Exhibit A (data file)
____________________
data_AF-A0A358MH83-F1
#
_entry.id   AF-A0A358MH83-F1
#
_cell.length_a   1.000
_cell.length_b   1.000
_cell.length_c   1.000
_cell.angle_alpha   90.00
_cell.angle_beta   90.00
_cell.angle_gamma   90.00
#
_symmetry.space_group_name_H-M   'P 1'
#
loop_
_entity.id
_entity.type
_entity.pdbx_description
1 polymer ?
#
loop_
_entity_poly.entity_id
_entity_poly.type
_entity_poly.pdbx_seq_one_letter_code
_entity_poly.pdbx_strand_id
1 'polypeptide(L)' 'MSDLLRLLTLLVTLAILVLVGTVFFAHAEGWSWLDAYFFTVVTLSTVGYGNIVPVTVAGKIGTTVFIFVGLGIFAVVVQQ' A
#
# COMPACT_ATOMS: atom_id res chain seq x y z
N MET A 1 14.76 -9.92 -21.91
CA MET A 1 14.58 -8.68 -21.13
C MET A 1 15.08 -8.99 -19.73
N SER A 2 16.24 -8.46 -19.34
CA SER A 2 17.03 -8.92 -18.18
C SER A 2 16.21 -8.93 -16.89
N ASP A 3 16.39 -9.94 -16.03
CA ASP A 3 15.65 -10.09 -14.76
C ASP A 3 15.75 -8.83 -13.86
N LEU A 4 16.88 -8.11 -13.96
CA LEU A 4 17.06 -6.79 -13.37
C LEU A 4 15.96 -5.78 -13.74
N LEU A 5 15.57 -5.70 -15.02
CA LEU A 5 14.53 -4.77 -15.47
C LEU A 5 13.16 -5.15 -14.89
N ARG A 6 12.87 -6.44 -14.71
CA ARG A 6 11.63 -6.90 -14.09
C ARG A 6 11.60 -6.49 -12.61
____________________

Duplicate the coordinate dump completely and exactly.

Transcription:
data_AF-A0A358MH83-F1
#
_entry.id   AF-A0A358MH83-F1
#
_cell.length_a   1.000
_cell.length_b   1.000
_cell.length_c   1.000
_cell.angle_alpha   90.00
_cell.angle_beta   90.00
_cell.angle_gamma   90.00
#
_symmetry.space_group_name_H-M   'P 1'
#
loop_
_entity.id
_entity.type
_entity.pdbx_description
1 polymer ?
#
loop_
_entity_poly.entity_id
_entity_poly.type
_entity_poly.pdbx_seq_one_letter_code
_entity_poly.pdbx_strand_id
1 'polypeptide(L)' 'MSDLLRLLTLLVTLAILVLVGTVFFAHAEGWSWLDAYFFTVVTLSTVGYGNIVPVTVAGKIGTTVFIFVGLGIFAVVVQQ' A
#
# COMPACT_ATOMS: atom_id res chain seq x y z
N MET A 1 14.76 -9.92 -21.91
CA MET A 1 14.58 -8.68 -21.13
C MET A 1 15.08 -8.99 -19.73
N SER A 2 16.24 -8.46 -19.34
CA SER A 2 17.03 -8.92 -18.18
C SER A 2 16.21 -8.93 -16.89
N ASP A 3 16.39 -9.94 -16.03
CA ASP A 3 15.65 -10.09 -14.76
C ASP A 3 15.75 -8.83 -13.86
N LEU A 4 16.88 -8.11 -13.96
CA LEU A 4 17.06 -6.79 -13.37
C LEU A 4 15.96 -5.78 -13.74
N LEU A 5 15.57 -5.70 -15.02
CA LEU A 5 14.53 -4.77 -15.47
C LEU A 5 13.16 -5.15 -14.89
N ARG A 6 12.87 -6.44 -14.71
CA ARG A 6 11.63 -6.90 -14.09
C ARG A 6 11.60 -6.49 -12.61